One important thing I did was create session sheets for each piece of gear recording all the settings for every single device in the line. Drawmer has some handy session sheets for their gear on their web site with little pictures you can fill in where you have the knobs and switches set. Nobody else had them for any of the other gear I have so I had to make them. Pain in the ass. I tried photographing the gear but you just couldn’t see it closely enough in the pics. Jimmy also brought his digital camera and took shots of all the mic placements on the drums so we could have them for next time.

Unfortunately, we are not going to use any of these sessions. I found two major mistakes I made that can’t be fixed in the mix much to my dismay. Remember the snare problem I thought I had? Well I was reading an article in a recording magazine and somebody was writing about recording drums and mentioned in passing something like, “put top and bottom mics on the snare and flip the phase on the bottom mic” so on and so forth like it is a given, which I knew it was. As a rule you always have to phase invert one of the mics on a top-bottom miked drum. As soon as I read this I ran right upstairs and fired up the VS to see if that was my problem and sure enough, I had forgotten to flip the phase switch on one of the mic pre amps, not did I switch it on one of the channels. When the snare is hit on a top-bottom miked snare, the top head moves towards the bottom mic at the same time it is moving away from the top mic (and vice versa) resulting in and electrical phase inversion on one of the mics at any given time, resulting in some frequency cancellation of a perfectly good snare sound. You have to compensate for this by inverting the phase on something in the signal path, I prefer to to use device closest to the mic in the signal chain which would be the mic pre. I know all this but simply forgot to do it. I knew something was wrong with the snare! The VS has phase inversion on the tracks but flipping the phase does not bring back the cancelled frequencies. I was hoping just simply reversing the phase switch on the track would help but it didn’t do much.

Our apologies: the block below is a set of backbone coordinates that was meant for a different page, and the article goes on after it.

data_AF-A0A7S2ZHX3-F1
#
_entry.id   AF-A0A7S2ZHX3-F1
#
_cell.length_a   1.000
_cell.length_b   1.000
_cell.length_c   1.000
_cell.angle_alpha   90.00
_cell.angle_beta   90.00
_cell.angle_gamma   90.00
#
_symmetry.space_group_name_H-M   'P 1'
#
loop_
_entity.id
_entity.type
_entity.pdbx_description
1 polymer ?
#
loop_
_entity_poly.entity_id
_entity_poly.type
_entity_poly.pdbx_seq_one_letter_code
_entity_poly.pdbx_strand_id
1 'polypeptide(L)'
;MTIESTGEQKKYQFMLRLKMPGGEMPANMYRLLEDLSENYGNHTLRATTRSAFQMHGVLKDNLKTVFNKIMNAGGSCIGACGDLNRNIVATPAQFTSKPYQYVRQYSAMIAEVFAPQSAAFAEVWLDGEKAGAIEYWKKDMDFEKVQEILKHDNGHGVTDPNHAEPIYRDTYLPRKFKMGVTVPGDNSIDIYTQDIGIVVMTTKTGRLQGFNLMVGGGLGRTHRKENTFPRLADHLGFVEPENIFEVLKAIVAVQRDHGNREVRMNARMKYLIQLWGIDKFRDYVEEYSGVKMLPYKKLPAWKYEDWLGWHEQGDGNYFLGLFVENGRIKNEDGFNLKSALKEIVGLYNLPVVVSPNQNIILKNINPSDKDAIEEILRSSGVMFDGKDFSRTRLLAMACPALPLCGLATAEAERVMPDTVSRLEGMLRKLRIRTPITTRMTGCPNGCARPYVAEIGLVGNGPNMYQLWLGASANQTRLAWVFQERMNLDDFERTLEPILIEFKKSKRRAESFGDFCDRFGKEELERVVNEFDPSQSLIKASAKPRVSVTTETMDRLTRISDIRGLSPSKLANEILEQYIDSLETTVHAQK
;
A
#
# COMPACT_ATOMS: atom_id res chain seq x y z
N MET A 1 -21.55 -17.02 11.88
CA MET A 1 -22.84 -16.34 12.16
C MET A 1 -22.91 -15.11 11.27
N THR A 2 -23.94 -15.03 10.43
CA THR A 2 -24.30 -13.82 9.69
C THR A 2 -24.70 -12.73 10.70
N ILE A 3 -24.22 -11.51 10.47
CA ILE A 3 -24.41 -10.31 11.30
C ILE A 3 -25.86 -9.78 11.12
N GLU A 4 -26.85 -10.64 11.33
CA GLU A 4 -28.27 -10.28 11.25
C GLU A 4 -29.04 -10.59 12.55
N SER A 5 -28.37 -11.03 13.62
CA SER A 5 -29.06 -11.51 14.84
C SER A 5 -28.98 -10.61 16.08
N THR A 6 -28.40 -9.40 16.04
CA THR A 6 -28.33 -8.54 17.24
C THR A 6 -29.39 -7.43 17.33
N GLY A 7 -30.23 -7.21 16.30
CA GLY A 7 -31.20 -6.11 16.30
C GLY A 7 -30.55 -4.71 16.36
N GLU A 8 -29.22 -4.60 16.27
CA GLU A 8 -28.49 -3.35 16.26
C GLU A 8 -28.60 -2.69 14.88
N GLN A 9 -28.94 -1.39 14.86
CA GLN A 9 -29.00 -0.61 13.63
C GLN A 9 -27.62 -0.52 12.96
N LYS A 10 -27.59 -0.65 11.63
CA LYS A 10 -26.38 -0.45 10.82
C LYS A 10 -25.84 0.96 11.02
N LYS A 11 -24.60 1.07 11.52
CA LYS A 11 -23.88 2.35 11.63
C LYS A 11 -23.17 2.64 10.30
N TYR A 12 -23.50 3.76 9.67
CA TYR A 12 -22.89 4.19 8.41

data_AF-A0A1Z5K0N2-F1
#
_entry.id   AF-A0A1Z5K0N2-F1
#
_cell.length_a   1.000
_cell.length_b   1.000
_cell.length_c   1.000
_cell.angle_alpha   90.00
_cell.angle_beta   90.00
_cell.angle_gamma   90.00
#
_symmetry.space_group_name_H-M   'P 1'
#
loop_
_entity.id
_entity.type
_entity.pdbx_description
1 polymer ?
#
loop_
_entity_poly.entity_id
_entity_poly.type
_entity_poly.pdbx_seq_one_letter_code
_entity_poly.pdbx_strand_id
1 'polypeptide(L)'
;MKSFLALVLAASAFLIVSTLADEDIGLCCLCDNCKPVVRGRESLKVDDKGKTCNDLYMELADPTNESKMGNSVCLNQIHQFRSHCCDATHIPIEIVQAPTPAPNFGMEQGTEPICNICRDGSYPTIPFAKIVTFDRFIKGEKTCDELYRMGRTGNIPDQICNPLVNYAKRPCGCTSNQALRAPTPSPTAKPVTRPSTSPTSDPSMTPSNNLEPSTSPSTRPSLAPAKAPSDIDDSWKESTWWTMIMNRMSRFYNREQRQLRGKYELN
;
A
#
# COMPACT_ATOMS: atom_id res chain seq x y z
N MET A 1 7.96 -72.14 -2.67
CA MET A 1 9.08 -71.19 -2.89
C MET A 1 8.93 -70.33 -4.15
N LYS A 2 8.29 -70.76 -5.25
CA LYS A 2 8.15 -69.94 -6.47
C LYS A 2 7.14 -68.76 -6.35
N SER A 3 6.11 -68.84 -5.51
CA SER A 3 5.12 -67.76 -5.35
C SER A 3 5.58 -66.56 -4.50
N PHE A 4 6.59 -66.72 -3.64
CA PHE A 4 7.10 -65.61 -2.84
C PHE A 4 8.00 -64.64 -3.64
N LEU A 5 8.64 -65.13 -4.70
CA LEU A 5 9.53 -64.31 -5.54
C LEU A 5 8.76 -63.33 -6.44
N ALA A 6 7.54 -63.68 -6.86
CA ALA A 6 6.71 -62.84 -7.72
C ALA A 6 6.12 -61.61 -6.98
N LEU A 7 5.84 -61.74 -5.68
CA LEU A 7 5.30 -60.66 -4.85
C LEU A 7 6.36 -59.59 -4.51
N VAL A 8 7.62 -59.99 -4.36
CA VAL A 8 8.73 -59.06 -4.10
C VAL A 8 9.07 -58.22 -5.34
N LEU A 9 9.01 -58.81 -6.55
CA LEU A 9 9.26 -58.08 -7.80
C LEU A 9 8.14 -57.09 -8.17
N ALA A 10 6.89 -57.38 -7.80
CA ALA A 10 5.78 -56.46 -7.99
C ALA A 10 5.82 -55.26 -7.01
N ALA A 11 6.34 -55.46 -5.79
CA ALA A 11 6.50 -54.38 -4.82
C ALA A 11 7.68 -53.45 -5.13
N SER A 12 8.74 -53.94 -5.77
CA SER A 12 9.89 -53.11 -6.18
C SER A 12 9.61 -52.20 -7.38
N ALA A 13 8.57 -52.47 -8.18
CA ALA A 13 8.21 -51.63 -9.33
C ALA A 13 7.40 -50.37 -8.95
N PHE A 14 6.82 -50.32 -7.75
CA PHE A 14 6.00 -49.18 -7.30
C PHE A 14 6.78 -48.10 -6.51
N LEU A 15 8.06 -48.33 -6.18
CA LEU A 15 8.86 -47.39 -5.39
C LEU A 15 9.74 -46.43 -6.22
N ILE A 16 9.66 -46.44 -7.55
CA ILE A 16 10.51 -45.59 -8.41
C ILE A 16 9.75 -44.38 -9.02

The other thing which made me decide to trash these tracks was the overhead tracks. I am trying to get a good drum KIT sound as I said earlier and part of that is getting a good stereo image from the overhead mics. I’m using a stereo mic bar with the diaphragms of the mics angled at 120 degrees or damn close to it – I measured it with my handily little compass. That includes all of the devices in line handling those two tracks as stereo tracks. I noticed I had forgot to channel link the input tracks on the VS for those two tracks, results being that each track had roughly the same thing on it. For a true stereo image, both tracks should have something slightly different, cymbals should be stronger on one side of the image or the other depending on where they are positioned on the drummer’s kit relative to center, the hi-hat should also be a little on one side and so on. I had captured none of this and I thought while we were recording this session that the overheads sounded great but it wasn’t “stereo” enough for me and I was silently reconsidering the stereo mic bar thinking that the mics were much too close, even though you see the same configuration in real studios all the time. I figured it just wasn’t working here and I would change it for the next sessions and it wouldn’t be all that noticeable. When we decided what songs to do for this session, I chose five songs that I thought would be the easiest to redo if we struck out with this session. Good thing cuz we’re doing them all over again.